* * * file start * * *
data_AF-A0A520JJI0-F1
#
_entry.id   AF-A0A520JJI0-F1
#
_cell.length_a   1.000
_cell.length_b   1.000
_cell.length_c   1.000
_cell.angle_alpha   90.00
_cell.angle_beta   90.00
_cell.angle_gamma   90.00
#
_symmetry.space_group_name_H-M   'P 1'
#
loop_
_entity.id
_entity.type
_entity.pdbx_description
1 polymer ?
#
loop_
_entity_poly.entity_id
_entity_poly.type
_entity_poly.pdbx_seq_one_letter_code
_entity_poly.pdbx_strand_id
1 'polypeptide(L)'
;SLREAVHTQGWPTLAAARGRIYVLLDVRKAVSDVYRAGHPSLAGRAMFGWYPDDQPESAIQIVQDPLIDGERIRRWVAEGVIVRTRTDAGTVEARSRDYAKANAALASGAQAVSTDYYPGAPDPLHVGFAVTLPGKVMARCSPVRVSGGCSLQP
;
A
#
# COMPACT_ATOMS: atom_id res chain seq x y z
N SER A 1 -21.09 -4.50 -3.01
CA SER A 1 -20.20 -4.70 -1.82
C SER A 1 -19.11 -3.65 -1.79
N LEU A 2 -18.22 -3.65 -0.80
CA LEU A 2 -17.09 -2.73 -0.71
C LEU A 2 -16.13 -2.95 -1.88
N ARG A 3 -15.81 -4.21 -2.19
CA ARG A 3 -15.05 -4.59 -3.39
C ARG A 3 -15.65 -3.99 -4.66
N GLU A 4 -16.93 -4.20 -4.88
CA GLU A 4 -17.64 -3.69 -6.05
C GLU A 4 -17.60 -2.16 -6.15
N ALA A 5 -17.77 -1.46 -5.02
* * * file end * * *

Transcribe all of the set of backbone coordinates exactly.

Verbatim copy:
data_AF-A0A520JJI0-F1
#
_entry.id   AF-A0A520JJI0-F1
#
_cell.length_a   1.000
_cell.length_b   1.000
_cell.length_c   1.000
_cell.angle_alpha   90.00
_cell.angle_beta   90.00
_cell.angle_gamma   90.00
#
_symmetry.space_group_name_H-M   'P 1'
#
loop_
_entity.id
_entity.type
_entity.pdbx_description
1 polymer ?
#
loop_
_entity_poly.entity_id
_entity_poly.type
_entity_poly.pdbx_seq_one_letter_code
_entity_poly.pdbx_strand_id
1 'polypeptide(L)'
;SLREAVHTQGWPTLAAARGRIYVLLDVRKAVSDVYRAGHPSLAGRAMFGWYPDDQPESAIQIVQDPLIDGERIRRWVAEGVIVRTRTDAGTVEARSRDYAKANAALASGAQAVSTDYYPGAPDPLHVGFAVTLPGKVMARCSPVRVSGGCSLQP
;
A
#
# COMPACT_ATOMS: atom_id res chain seq x y z
N SER A 1 -21.09 -4.50 -3.01
CA SER A 1 -20.20 -4.70 -1.82
C SER A 1 -19.11 -3.65 -1.79
N LEU A 2 -18.22 -3.65 -0.80
CA LEU A 2 -17.09 -2.73 -0.71
C LEU A 2 -16.13 -2.95 -1.88
N ARG A 3 -15.81 -4.21 -2.19
CA ARG A 3 -15.05 -4.59 -3.39
C ARG A 3 -15.65 -3.99 -4.66
N GLU A 4 -16.93 -4.20 -4.88
CA GLU A 4 -17.64 -3.69 -6.05
C GLU A 4 -17.60 -2.16 -6.15
N ALA A 5 -17.77 -1.46 -5.02